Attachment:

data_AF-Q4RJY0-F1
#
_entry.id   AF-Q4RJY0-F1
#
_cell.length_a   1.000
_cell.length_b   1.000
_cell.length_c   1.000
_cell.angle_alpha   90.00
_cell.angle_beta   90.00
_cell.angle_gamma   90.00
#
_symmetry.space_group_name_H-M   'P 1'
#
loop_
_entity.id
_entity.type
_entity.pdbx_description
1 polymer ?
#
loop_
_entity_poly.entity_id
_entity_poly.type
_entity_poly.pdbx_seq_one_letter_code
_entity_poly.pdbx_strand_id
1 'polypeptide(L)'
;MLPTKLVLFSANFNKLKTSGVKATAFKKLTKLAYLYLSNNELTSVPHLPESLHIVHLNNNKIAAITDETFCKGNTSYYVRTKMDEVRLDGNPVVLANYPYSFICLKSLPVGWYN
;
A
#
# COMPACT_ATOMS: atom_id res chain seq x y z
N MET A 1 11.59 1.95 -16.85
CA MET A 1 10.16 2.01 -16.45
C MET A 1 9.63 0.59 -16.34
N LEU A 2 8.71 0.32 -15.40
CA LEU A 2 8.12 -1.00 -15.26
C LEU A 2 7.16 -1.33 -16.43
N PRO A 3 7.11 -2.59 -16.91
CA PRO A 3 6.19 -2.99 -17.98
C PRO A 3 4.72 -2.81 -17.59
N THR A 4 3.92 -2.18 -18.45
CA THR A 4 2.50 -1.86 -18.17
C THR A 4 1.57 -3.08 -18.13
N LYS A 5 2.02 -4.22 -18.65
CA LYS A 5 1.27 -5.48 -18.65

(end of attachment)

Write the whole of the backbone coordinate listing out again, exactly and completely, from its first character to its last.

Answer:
data_AF-Q4RJY0-F1
#
_entry.id   AF-Q4RJY0-F1
#
_cell.length_a   1.000
_cell.length_b   1.000
_cell.length_c   1.000
_cell.angle_alpha   90.00
_cell.angle_beta   90.00
_cell.angle_gamma   90.00
#
_symmetry.space_group_name_H-M   'P 1'
#
loop_
_entity.id
_entity.type
_entity.pdbx_description
1 polymer ?
#
loop_
_entity_poly.entity_id
_entity_poly.type
_entity_poly.pdbx_seq_one_letter_code
_entity_poly.pdbx_strand_id
1 'polypeptide(L)'
;MLPTKLVLFSANFNKLKTSGVKATAFKKLTKLAYLYLSNNELTSVPHLPESLHIVHLNNNKIAAITDETFCKGNTSYYVRTKMDEVRLDGNPVVLANYPYSFICLKSLPVGWYN
;
A
#
# COMPACT_ATOMS: atom_id res chain seq x y z
N MET A 1 11.59 1.95 -16.85
CA MET A 1 10.16 2.01 -16.45
C MET A 1 9.63 0.59 -16.34
N LEU A 2 8.71 0.32 -15.40
CA LEU A 2 8.12 -1.00 -15.26
C LEU A 2 7.16 -1.33 -16.43
N PRO A 3 7.11 -2.59 -16.91
CA PRO A 3 6.19 -2.99 -17.98
C PRO A 3 4.72 -2.81 -17.59
N THR A 4 3.92 -2.18 -18.45
CA THR A 4 2.50 -1.86 -18.17
C THR A 4 1.57 -3.08 -18.13
N LYS A 5 2.02 -4.22 -18.65
CA LYS A 5 1.27 -5.48 -18.65